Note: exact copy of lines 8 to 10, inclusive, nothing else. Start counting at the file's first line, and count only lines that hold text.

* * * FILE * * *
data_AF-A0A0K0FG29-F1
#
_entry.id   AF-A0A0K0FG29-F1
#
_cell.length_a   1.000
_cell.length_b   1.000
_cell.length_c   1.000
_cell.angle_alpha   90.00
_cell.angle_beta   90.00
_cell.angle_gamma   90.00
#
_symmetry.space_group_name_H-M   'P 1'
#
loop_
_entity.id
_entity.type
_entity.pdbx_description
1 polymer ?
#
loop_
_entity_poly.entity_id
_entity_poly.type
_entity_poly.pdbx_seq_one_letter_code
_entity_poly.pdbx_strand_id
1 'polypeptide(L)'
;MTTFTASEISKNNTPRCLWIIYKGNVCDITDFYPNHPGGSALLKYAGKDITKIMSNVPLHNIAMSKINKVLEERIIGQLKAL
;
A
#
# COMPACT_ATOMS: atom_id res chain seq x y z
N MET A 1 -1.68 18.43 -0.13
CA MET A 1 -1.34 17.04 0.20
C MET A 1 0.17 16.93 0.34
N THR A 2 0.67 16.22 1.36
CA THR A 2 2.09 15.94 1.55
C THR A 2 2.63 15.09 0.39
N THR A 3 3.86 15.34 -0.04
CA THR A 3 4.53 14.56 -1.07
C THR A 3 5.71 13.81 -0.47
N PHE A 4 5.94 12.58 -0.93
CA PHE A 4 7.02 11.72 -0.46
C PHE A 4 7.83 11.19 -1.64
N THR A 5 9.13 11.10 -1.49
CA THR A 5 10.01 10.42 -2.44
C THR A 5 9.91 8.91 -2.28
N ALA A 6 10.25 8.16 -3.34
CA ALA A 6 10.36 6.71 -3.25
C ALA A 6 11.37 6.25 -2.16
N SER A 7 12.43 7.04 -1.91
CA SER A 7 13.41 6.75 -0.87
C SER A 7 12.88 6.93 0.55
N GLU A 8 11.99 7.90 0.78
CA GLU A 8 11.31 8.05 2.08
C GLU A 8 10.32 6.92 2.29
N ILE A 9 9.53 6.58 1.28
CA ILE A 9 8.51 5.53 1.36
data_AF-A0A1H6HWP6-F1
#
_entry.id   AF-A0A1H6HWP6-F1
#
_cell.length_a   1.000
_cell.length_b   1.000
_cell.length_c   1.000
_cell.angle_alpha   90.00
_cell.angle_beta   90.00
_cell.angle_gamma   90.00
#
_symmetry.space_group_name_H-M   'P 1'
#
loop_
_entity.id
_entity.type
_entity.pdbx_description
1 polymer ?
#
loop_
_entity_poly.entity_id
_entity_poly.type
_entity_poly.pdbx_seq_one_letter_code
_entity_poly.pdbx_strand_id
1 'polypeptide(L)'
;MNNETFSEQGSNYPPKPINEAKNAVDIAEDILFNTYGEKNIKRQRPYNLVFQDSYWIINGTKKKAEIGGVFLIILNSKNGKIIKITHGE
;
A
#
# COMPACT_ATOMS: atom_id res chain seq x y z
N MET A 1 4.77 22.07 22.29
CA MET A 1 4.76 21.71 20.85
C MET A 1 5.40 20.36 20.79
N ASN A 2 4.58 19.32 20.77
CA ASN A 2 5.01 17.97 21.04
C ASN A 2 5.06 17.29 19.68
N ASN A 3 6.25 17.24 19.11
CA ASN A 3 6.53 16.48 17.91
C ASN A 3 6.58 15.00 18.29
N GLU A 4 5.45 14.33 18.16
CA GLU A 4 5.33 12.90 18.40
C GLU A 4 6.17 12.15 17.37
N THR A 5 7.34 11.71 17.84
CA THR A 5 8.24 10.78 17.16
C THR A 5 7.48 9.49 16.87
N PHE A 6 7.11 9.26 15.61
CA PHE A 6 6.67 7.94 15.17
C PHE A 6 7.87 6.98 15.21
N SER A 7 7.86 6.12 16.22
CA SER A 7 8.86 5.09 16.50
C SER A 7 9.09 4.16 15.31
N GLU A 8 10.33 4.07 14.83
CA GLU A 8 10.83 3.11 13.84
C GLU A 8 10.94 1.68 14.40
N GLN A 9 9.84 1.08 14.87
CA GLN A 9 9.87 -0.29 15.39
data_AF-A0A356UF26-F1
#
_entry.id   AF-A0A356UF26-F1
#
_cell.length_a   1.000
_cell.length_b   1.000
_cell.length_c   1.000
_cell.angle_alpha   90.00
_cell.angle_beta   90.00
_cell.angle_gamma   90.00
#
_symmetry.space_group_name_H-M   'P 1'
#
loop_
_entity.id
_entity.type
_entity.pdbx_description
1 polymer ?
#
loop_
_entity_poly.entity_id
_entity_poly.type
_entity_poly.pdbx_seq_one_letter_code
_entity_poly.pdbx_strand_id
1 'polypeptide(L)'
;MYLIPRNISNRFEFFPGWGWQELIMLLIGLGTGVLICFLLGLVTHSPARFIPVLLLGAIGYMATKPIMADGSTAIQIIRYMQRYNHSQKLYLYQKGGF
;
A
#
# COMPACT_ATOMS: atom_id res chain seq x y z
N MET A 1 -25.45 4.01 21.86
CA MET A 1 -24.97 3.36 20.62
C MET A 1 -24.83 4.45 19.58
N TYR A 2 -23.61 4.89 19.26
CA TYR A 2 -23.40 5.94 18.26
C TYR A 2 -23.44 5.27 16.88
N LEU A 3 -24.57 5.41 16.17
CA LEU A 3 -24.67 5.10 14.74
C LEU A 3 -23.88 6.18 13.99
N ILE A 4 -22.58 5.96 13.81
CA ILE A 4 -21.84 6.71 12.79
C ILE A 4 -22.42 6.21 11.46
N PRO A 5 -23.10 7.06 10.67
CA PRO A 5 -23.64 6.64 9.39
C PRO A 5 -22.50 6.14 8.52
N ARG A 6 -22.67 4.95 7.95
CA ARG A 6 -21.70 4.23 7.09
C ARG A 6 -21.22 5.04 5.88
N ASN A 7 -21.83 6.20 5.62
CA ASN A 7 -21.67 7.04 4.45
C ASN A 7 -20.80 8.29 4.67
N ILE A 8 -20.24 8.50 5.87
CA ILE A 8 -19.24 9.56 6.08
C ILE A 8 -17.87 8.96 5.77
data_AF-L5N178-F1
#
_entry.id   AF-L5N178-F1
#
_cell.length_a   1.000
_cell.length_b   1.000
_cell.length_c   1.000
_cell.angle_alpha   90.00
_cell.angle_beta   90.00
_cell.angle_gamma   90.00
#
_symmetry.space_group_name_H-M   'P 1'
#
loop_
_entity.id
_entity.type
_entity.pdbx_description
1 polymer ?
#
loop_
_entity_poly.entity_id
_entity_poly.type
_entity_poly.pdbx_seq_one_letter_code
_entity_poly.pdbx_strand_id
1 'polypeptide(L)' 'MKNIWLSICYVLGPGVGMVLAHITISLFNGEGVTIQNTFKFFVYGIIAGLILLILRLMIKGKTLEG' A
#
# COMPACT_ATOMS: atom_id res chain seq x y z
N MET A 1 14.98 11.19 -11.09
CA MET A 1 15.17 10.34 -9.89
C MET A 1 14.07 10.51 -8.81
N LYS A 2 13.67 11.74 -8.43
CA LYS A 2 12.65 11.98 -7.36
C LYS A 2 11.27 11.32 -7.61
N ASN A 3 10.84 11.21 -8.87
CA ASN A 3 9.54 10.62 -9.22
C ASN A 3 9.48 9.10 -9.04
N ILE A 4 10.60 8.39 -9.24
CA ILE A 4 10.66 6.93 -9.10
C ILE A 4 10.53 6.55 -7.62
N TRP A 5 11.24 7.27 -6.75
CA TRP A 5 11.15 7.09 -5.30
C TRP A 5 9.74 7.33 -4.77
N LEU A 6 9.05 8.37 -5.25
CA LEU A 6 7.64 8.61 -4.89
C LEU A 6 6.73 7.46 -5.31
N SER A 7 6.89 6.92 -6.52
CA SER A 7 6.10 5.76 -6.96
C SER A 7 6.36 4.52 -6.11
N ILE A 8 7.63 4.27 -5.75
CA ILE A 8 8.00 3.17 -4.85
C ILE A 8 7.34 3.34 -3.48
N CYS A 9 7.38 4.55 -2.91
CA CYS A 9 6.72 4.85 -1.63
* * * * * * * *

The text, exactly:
_cell.angle_alpha   90.00
_cell.angle_beta   90.00
_cell.angle_gamma   90.00